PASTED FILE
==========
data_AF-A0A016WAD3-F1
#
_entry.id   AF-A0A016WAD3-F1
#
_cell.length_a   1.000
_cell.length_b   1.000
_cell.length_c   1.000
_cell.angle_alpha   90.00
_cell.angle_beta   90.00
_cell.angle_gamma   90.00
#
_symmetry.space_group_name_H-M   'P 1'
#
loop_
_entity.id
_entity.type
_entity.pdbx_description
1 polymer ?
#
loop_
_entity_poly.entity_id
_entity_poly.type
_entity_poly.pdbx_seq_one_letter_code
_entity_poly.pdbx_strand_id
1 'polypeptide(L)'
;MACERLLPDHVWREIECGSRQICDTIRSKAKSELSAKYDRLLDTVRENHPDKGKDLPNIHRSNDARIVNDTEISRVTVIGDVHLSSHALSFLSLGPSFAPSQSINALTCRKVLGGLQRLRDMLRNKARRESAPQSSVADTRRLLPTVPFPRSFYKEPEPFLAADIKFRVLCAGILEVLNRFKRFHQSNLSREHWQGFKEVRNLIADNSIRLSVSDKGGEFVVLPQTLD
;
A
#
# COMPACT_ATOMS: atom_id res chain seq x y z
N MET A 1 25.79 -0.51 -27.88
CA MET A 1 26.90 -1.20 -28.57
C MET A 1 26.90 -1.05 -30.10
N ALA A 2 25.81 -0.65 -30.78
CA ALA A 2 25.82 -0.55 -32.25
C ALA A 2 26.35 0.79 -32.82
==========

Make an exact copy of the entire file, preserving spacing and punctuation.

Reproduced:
data_AF-A0A016WAD3-F1
#
_entry.id   AF-A0A016WAD3-F1
#
_cell.length_a   1.000
_cell.length_b   1.000
_cell.length_c   1.000
_cell.angle_alpha   90.00
_cell.angle_beta   90.00
_cell.angle_gamma   90.00
#
_symmetry.space_group_name_H-M   'P 1'
#
loop_
_entity.id
_entity.type
_entity.pdbx_description
1 polymer ?
#
loop_
_entity_poly.entity_id
_entity_poly.type
_entity_poly.pdbx_seq_one_letter_code
_entity_poly.pdbx_strand_id
1 'polypeptide(L)'
;MACERLLPDHVWREIECGSRQICDTIRSKAKSELSAKYDRLLDTVRENHPDKGKDLPNIHRSNDARIVNDTEISRVTVIGDVHLSSHALSFLSLGPSFAPSQSINALTCRKVLGGLQRLRDMLRNKARRESAPQSSVADTRRLLPTVPFPRSFYKEPEPFLAADIKFRVLCAGILEVLNRFKRFHQSNLSREHWQGFKEVRNLIADNSIRLSVSDKGGEFVVLPQTLD
;
A
#
# COMPACT_ATOMS: atom_id res chain seq x y z
N MET A 1 25.79 -0.51 -27.88
CA MET A 1 26.90 -1.20 -28.57
C MET A 1 26.90 -1.05 -30.10
N ALA A 2 25.81 -0.65 -30.78
CA ALA A 2 25.82 -0.55 -32.25
C ALA A 2 26.35 0.79 -32.82